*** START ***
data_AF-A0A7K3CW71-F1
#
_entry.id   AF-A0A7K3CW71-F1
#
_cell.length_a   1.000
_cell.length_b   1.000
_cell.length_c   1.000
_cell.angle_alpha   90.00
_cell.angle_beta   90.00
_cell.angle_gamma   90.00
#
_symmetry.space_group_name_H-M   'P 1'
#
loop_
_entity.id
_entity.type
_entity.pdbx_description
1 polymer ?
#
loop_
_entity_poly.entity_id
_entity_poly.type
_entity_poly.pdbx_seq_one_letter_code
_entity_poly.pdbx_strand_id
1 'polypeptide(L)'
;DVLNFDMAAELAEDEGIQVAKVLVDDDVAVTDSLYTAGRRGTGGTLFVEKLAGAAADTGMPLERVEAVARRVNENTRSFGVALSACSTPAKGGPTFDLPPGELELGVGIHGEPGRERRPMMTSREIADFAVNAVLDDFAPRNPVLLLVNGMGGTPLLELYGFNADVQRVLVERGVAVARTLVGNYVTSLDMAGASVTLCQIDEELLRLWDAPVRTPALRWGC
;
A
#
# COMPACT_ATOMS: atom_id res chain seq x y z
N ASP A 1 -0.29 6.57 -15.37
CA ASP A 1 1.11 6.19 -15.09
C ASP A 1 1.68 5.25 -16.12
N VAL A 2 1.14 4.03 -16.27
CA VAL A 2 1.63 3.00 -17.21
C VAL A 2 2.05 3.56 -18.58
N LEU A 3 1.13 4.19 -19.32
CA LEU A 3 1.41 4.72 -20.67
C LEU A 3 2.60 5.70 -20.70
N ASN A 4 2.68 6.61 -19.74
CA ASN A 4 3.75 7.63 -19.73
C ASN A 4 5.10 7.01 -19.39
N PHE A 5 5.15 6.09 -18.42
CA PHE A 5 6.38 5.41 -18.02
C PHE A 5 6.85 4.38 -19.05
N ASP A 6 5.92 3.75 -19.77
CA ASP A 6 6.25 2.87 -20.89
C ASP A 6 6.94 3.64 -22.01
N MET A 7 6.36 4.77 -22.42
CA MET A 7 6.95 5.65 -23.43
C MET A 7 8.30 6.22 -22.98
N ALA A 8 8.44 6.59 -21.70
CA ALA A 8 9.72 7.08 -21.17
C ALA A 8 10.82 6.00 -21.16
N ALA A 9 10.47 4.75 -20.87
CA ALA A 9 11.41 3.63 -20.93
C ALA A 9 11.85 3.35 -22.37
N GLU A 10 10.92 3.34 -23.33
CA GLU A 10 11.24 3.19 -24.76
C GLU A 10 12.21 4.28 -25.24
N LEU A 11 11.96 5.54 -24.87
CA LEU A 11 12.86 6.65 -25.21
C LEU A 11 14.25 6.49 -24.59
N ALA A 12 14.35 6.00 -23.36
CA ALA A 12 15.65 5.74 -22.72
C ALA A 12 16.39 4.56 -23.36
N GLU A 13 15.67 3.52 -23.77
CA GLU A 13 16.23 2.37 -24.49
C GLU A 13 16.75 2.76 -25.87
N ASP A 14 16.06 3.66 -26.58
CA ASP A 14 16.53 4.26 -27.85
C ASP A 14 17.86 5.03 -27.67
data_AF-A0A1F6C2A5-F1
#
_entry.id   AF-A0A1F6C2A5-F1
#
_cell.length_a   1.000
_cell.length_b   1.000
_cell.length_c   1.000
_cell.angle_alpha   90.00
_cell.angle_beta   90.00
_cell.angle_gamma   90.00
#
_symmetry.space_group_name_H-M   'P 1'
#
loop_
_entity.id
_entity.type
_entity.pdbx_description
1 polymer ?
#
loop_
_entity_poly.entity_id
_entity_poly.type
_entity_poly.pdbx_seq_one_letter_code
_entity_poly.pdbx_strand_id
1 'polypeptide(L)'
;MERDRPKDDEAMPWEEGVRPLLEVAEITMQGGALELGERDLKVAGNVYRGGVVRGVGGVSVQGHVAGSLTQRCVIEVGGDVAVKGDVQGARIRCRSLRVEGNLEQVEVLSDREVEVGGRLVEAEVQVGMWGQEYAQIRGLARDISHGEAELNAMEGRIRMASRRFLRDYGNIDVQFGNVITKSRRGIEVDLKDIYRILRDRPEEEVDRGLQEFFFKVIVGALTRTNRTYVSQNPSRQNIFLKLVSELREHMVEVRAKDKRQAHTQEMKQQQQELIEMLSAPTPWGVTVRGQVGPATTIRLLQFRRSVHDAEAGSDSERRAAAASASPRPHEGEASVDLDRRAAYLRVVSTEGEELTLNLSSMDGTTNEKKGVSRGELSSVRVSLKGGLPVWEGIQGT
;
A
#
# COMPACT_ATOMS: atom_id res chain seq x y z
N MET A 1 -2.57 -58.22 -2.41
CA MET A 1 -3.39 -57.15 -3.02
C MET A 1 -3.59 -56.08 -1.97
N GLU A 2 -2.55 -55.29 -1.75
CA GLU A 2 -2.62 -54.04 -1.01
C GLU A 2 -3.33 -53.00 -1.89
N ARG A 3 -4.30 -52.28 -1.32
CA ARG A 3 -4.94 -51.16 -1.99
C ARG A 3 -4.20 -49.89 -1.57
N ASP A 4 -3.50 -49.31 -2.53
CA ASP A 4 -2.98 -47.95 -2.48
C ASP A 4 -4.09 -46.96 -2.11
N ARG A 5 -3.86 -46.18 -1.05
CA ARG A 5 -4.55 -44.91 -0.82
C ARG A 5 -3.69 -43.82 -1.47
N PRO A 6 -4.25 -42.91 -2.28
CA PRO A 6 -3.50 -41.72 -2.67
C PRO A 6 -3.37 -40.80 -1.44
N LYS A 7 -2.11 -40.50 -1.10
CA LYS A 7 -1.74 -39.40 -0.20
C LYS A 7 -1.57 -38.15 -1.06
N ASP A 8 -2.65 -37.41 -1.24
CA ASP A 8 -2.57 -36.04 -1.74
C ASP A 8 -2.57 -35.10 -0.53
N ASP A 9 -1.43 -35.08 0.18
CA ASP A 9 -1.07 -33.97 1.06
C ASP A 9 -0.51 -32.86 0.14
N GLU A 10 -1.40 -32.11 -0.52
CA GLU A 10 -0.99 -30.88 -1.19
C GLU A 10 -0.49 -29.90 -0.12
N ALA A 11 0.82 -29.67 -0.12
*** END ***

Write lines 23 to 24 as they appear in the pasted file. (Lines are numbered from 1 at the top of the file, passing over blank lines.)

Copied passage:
_entity_poly.pdbx_seq_one_letter_code
_entity_poly.pdbx_strand_id